5. infinitymike

    infinitymike Minister of Fire

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    yeah it kinda did look like steam and maybe it was but I'm tellin ya there are more smokey days then not.

    Now, I'm not home during the day to see what it looks like but neighbor who is retired said sometimes it is smokey but not too bad. He also, before moving here, heated his house with a wood stove for 24 years and said he understands it happens.
  6. infinitymike

    infinitymike Minister of Fire

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    It was dry and crisp this morning, about 29* but I know what ya mean, there were some heavy, muggy days and it just pushed the smoke down and flooded the place.
  7. Hydronics

    Hydronics Feeling the Heat

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    It looks like mostly steam to me but hard to tell in pics with it dark out. In daylight is it white in color and dissipates within about 10'? If so it's steam, no worries. If it's bluish and carries across the yard it's likely smoke. Steam will be more prevalent in colder weather.
  8. infinitymike

    infinitymike Minister of Fire

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    WARNING NEVER OPEN THE SECONDARY CHAMBER ON A WOOD GUN. I tried this ONCE and the damn thing nearly exploded. It stopped down drafting and I don't know where the flame went but it started pouring black smoke from the air intake and the chimney. the thing smelt like burnt rubber for nearly an hour after that.

    Sorry no pics
  9. infinitymike

    infinitymike Minister of Fire

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    Its been both at times. But more times then not its been dark brown/grey smelly smoke. It smells like an electrical fire or burning tires. Again not all the time but some times.
  10. Singed Eyebrows

    Singed Eyebrows New Member

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    Are you being carefull to not uncover the nozzles when loading? It sure looks like you are pulling smoke through a partially uncovered nozzle. The WG has a very powerfull fan & just a small uncovered area will cause smoke, Randy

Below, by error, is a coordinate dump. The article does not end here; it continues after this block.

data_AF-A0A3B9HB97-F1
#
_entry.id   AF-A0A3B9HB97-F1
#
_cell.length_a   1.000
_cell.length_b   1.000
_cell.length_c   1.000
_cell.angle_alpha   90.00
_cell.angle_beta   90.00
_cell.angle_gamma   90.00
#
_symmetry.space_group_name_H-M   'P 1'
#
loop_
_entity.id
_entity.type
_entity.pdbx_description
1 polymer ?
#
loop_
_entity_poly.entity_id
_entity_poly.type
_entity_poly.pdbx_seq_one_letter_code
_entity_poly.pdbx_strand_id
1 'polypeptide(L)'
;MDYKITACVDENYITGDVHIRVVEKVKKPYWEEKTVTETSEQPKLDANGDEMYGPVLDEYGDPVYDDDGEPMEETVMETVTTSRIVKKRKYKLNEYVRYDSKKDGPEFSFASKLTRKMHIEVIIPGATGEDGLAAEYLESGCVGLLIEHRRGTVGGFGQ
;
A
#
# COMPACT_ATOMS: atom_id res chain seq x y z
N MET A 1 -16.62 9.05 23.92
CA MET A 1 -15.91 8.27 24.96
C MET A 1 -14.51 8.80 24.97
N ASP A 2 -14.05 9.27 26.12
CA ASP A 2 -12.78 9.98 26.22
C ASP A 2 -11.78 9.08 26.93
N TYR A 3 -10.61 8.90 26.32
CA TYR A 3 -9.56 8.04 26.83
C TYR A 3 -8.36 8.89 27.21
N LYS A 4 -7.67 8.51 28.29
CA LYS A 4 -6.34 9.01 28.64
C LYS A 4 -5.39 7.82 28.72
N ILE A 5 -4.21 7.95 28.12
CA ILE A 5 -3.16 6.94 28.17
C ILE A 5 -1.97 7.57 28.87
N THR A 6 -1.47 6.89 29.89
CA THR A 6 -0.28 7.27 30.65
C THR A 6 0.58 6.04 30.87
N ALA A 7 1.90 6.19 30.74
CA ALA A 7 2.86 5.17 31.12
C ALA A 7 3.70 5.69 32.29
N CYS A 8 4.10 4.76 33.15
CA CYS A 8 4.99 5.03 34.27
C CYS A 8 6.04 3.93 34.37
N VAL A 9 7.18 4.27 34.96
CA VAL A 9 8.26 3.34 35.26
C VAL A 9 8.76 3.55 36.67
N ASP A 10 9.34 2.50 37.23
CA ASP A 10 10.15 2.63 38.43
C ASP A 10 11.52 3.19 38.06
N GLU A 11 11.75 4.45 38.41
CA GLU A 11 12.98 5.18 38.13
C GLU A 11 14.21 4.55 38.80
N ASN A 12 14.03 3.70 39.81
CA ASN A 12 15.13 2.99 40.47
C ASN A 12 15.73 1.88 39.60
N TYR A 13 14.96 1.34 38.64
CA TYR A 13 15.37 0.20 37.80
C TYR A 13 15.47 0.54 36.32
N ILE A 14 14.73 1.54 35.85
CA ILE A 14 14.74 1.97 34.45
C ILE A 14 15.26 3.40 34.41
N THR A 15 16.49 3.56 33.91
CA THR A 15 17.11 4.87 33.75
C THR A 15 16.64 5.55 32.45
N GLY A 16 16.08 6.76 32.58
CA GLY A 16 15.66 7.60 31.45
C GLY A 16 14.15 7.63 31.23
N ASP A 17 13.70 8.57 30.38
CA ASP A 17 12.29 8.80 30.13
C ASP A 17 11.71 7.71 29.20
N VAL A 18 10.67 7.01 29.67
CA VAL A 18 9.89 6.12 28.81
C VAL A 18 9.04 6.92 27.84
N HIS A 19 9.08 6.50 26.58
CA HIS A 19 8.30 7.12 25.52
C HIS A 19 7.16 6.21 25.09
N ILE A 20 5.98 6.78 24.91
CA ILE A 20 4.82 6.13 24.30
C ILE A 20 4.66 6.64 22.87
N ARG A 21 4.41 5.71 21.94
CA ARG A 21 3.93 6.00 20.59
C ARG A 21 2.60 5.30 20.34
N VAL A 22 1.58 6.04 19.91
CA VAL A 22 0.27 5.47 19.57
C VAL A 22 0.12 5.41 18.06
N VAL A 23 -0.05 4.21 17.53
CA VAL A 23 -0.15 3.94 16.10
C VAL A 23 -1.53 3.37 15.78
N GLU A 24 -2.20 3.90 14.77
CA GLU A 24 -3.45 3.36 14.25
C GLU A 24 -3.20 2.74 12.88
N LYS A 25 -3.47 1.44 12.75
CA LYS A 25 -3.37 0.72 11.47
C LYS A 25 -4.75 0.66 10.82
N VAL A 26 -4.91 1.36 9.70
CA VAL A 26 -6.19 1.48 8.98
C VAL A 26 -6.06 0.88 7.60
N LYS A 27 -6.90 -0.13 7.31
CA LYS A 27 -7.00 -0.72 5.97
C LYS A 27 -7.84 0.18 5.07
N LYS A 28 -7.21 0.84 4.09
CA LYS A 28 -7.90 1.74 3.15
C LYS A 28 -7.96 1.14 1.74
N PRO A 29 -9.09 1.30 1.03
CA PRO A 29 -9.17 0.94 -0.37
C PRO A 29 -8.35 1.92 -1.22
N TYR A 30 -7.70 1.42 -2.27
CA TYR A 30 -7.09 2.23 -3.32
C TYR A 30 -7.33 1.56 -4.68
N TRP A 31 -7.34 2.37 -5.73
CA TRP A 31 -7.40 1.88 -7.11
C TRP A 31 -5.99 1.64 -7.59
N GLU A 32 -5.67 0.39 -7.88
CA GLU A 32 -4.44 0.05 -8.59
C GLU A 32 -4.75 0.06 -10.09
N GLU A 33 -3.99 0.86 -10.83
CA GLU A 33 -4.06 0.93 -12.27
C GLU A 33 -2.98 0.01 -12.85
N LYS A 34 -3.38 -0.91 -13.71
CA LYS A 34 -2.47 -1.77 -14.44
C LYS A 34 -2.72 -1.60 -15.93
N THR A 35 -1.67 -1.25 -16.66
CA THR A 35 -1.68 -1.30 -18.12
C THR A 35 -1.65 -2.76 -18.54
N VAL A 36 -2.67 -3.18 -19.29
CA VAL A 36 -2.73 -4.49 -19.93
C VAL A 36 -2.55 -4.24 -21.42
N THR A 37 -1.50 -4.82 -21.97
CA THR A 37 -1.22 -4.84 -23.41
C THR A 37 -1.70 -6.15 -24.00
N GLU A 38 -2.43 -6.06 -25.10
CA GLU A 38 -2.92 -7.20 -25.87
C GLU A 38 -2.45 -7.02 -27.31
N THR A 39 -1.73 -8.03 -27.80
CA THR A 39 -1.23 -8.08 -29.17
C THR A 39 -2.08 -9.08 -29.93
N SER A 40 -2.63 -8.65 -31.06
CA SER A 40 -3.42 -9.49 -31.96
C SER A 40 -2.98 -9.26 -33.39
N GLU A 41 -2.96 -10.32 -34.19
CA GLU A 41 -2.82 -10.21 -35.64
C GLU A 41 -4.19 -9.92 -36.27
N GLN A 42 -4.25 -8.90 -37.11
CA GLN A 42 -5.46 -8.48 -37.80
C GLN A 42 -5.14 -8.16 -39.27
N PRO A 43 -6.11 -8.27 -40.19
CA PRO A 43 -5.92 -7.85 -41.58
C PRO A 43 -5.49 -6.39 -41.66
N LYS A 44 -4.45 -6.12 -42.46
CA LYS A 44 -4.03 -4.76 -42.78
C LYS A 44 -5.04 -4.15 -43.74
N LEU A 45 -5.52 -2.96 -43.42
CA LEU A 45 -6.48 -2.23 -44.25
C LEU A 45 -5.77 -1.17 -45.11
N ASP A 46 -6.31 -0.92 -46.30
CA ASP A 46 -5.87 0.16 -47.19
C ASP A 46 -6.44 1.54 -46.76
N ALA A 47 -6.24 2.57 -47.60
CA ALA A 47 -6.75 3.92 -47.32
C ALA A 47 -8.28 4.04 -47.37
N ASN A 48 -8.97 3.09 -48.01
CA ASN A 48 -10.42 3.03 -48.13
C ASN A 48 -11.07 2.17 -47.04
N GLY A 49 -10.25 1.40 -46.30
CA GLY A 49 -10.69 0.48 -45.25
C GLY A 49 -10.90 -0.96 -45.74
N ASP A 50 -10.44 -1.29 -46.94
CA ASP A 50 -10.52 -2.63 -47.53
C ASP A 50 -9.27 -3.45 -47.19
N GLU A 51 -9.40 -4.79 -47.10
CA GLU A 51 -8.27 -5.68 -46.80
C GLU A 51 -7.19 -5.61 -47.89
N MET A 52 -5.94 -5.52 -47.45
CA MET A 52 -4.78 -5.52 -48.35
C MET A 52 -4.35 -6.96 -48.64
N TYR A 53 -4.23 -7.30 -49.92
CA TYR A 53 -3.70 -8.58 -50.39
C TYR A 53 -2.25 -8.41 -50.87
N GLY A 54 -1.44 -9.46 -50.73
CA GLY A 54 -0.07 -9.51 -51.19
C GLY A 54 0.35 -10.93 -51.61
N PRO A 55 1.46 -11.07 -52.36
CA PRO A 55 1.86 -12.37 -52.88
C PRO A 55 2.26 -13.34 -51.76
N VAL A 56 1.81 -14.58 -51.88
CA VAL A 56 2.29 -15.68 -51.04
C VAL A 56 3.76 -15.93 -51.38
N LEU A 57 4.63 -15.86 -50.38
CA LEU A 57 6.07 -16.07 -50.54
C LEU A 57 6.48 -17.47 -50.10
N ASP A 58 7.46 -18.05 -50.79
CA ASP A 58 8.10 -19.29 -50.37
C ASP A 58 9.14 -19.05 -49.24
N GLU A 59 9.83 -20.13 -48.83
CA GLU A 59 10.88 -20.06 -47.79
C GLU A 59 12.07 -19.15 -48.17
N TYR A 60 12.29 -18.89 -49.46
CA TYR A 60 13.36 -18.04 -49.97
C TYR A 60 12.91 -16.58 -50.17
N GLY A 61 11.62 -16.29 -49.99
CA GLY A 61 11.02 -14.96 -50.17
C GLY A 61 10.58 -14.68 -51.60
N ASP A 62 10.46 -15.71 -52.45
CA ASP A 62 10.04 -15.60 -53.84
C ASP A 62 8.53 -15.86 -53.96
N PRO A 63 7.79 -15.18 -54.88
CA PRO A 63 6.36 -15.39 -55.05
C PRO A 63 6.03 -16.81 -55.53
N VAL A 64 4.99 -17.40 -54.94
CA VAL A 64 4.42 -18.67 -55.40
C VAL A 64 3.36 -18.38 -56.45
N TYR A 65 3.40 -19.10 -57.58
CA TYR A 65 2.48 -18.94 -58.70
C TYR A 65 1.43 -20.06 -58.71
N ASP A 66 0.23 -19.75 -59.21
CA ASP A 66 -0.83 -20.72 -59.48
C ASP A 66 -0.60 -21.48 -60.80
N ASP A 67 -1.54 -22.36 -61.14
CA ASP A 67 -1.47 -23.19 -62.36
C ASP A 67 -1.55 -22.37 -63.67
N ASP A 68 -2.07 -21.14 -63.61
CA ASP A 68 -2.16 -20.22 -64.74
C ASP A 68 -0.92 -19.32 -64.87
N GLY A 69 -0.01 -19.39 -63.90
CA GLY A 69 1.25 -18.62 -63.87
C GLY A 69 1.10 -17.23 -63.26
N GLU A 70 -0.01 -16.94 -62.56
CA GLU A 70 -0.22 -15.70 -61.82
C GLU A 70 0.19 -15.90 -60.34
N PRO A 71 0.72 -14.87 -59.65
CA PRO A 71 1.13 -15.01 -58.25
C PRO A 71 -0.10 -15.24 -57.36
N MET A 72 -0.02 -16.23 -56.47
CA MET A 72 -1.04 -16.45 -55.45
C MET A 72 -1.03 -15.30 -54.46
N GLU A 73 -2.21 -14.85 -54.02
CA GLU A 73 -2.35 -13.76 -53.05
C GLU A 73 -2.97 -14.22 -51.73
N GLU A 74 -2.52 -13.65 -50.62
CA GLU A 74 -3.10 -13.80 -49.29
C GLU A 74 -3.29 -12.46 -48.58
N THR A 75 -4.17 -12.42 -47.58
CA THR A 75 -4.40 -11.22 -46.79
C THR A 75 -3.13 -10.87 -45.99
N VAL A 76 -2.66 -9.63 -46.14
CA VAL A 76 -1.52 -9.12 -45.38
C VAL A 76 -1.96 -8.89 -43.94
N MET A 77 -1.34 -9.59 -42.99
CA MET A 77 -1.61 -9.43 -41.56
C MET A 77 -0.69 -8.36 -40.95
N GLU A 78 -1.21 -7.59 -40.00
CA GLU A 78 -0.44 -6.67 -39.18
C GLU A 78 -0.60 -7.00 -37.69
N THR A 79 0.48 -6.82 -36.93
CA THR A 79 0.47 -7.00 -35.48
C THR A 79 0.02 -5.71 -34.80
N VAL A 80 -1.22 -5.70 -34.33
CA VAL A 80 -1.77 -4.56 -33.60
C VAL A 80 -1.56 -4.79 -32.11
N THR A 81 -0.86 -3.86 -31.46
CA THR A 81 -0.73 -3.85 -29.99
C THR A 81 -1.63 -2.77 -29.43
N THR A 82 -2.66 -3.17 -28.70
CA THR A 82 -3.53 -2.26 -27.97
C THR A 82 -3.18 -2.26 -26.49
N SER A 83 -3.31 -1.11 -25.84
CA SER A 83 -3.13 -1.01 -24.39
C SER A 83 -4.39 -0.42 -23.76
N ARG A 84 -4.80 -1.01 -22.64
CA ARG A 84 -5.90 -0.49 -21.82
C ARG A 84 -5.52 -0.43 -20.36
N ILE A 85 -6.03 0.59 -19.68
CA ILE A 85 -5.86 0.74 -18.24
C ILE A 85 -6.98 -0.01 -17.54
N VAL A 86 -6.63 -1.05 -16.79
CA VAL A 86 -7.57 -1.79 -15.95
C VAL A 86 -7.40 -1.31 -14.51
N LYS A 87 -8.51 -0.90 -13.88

11. goosegunner

    goosegunner Minister of Fire

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    Mike,

    Picture 3 looks like steam to me.

    The firebox doesn't seem like excessive creosote. A good sign is how clean your door is.

    With wetter wood the moisture will some what extinguish the gasification flame. Smaller loads will reduce amount of moisture being released at once.

    Can you hear the Nozzle roaring or rumbling when fan is running? Standing in my boiler room I can tell you when the smoke stops just by the roar of the boiler.

    Have you tried burning your framing scraps yet? That should give you a good idea of actual smoke output.

    gg
  12. goosegunner

    goosegunner Minister of Fire

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    I never open my lower door when the fan is running.

    gg
  13. Singed Eyebrows

    Singed Eyebrows New Member

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    When you add wood try putting a large dry split over the nozzles. If you put a round in there that is off center it will burn up quickly & you can lose the coal bed over the nozzle, Randy
  14. 711mhw

    711mhw Feeling the Heat

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    Mike, I think that the really smelly and dark smoke happens when the thing is early in it's "turned back on" cycle or before it's really hot enough to burn all the gasses. I also think that with a newly loaded firebox, the early phase of burning wood is when the gasses are being "released" from the wood, and much less as the fire burns. I wonder if that's an observation of others here as well. I am slowly begining to understand that storage will stop, or at least help with these issues. Personally, I really don't want to give up the space for it. Didn't you mention an underground tank? I had thought about this also, but wonder about having the storage lower (in elevation) than the boiler? Would this matter?